Disclaimer: Mine, all mine. There is no Slave Lake WHL team. I made that up. The team, not the city. Slave Lake is a town in the province of Alberta. There is no team called the Slave Lake Pilots.
Summary: Can superstar junior hockey player, Gordie Smith, find love with shy, intelligent wallflower, Jamie Polanco? Or will outside forces try to keep them apart?
Notes: This is going to be my NaNoWriMo entry.
Chapter 1: Gordie
"Hey, Gordo, I think those chicks are checking you out."
I looked up from my spot on the old, splintered hockey bench, into the twinkling blue eyes of my best friend, Trent Walker. "What, Trent? Sorry, I wasn't paying attention," I said, nudging my best friend in the ribs. "What about what girls?"
Trent rolled his eyes at me and began to laugh, puffs of air blowing out cold, like clouds of steam. "Those chicks over there, sitting by the Pepsi sign." Trent motioned to two girls with the blade of his stick. "They've been checking you out all game long."
"I didn't notice. I've been too busy focusing on the game," I teased.
"Oh, whatever, Gordie. You can stop pretending to be the second coming of Gretzky, and pay attention to the girls some time." Trent grumbled at me, out of the corner of his mouth. "You're like, the stud of the team, and you never go out anymore."
"Sorry I don't live up to your standards of 'cool', Trent," I snorted.
"It's ok. I like ya anyway." Trent beamed.
"Smith! Walker! Quit gossiping like a couple girls and pay attention to the game!"
Trent and I both snapped to attention as the coach - and my dad - turned his steely gaze on the two of us, at the end of the bench.
"Sorry, Coach," Trent muttered, hanging his head in embarrassment at being reprimanded in front of his teammates.
"Sorry, Sir." I echoed.
My father nodded, gruffly, his long calloused fingers closed around his metal whistle. "Just don't let it happen again, boys. Save it for after the game."
After the game, which we won 5-2, Dad and I piled our equipment in to the back of the pickup truck.
"I'm going to hang out with Trent for a while, Dad," I said, rubbing my chapped, red hands and stuffing them into the pockets of my jacket. "I'll see you later?"
"Gord, you know I don't like you going out late at night," my father protested, sighing heavily. "You can't just blow off your responsibilities because - "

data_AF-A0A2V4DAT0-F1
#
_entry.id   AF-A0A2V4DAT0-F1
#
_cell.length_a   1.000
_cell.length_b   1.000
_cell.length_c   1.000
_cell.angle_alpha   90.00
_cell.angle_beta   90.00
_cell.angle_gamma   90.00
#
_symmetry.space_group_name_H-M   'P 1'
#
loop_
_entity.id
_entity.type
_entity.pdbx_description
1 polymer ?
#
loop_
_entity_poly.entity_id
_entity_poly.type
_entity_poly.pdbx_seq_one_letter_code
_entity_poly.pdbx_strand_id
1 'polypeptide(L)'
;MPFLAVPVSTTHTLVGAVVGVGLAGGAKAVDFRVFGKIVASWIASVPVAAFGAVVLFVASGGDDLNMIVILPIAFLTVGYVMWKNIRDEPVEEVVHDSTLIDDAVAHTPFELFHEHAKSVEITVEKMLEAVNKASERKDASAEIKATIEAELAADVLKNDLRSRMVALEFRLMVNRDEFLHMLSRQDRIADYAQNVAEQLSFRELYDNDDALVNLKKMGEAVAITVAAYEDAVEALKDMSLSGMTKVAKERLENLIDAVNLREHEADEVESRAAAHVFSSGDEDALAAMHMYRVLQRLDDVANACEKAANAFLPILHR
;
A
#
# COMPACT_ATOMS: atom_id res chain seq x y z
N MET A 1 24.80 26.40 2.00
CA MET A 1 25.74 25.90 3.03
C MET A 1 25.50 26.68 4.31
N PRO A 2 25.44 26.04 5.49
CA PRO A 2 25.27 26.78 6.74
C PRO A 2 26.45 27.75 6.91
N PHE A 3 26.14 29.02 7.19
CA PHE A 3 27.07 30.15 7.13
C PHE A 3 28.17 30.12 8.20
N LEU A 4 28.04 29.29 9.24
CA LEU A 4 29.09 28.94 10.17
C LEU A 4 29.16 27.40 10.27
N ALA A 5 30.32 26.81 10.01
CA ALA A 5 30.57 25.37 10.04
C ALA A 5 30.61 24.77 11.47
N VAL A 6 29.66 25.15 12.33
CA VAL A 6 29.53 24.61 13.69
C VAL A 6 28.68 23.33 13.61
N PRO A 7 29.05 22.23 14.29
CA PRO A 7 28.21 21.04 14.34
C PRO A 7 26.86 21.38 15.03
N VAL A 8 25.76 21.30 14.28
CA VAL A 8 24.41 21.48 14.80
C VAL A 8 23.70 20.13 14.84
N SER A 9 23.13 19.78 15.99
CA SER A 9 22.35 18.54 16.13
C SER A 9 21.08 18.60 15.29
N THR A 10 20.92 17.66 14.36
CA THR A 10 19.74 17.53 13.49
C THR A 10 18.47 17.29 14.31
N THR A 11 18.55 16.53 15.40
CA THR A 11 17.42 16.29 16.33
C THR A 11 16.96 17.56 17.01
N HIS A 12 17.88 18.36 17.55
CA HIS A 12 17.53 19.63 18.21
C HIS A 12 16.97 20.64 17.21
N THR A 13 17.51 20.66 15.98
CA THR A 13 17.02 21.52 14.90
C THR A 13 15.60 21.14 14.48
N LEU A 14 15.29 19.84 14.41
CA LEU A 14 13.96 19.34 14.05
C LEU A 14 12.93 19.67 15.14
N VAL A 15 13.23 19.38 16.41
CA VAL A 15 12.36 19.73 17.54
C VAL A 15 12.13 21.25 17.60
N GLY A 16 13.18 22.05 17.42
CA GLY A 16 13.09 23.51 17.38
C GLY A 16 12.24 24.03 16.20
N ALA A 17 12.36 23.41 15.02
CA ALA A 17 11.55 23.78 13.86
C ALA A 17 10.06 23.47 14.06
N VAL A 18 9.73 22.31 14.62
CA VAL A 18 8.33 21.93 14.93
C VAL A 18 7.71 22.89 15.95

"I'll be home before midnight, ok Dad?" I said, before he could launch into another one of his tirades. "I promise, when I come home, I'll do my homework."
"What about practice?" he asked, arching a blond eyebrow at me.
"I can get up early tomorrow morning," I suggested. "Trent and I were going to go see a movie at the movie theater."
Dad sighed, running his fingers through his hair. "All right... Just as long as you come right home once the movie's over, and you do your homework."
"Thanks, Dad." I cuffed him on the shoulder and ran off in search of Trent.
Trent and his girlfriend, Heather, were waiting by his Jeep for me. "Hey, Gordo, change of plans."
"Change?" I asked, flicking my eyes at Heather briefly.
"Yeah. Heather got invited to this party, and I kinda want to go too. I have to make an appearance, you know?" Trent laughed, pulling a cigarette out of his wrinkled, foil pack. "I know how much you hate parties, but it wouldn't be so bad. Heather has a friend that she thinks you might like."
"Dude, you know I hate when you try to set me up with your loser friends," I said, glaring at Trent in mock-anger. "No offense, Heather."
Heather rubbed her hands together and blew on them, before shoving them into the pockets of her heavy winter coat. Both Heather and Trent's cheeks were red from the cold, and Heather looped her arm through his.
"She's really a nice girl," she said, resting her cheek on Trent's shoulder. "Despite what Trent might think, she is not a loser."
"She's not hot either," Trent laughed.
"Trent! Don't be so mean," Heather snapped, giving him a shove in the shoulder. "Jamie's a unique beauty. Girls don't have to be petite and blonde to be pretty, you know."
Trent laughed. "That's just how I like 'em, Heather."
I rolled my eyes at the happy couple. "Ok, I'll go. But once I start feeling like a third wheel, I'm outta there, ok guys?"
Trent and Heather shared knowing looks before nodding at me simultaneously.
The party was at the house of a player from another local team, but I was familiar with most of the guys on their team, so at least I knew some people I could hang with if this Jamie chick was too boring.
"Hey, Gordo, nice goal ya scored tonight." The other team's goalie greeted me with a wide grin and a plastic cup of beer. "You're livin' up to your namesake, aye?"
I rolled my eyes. "I'm no Gordie Howe, Riley," I snorted, accepting the beer and taking a sip. "I'm not even Gordie Dwyer."
Riley began to laugh, loud grating brays. "Well, I bet you didn't take Howe's 9 by coincidence, eh Smith?" the goalie asked.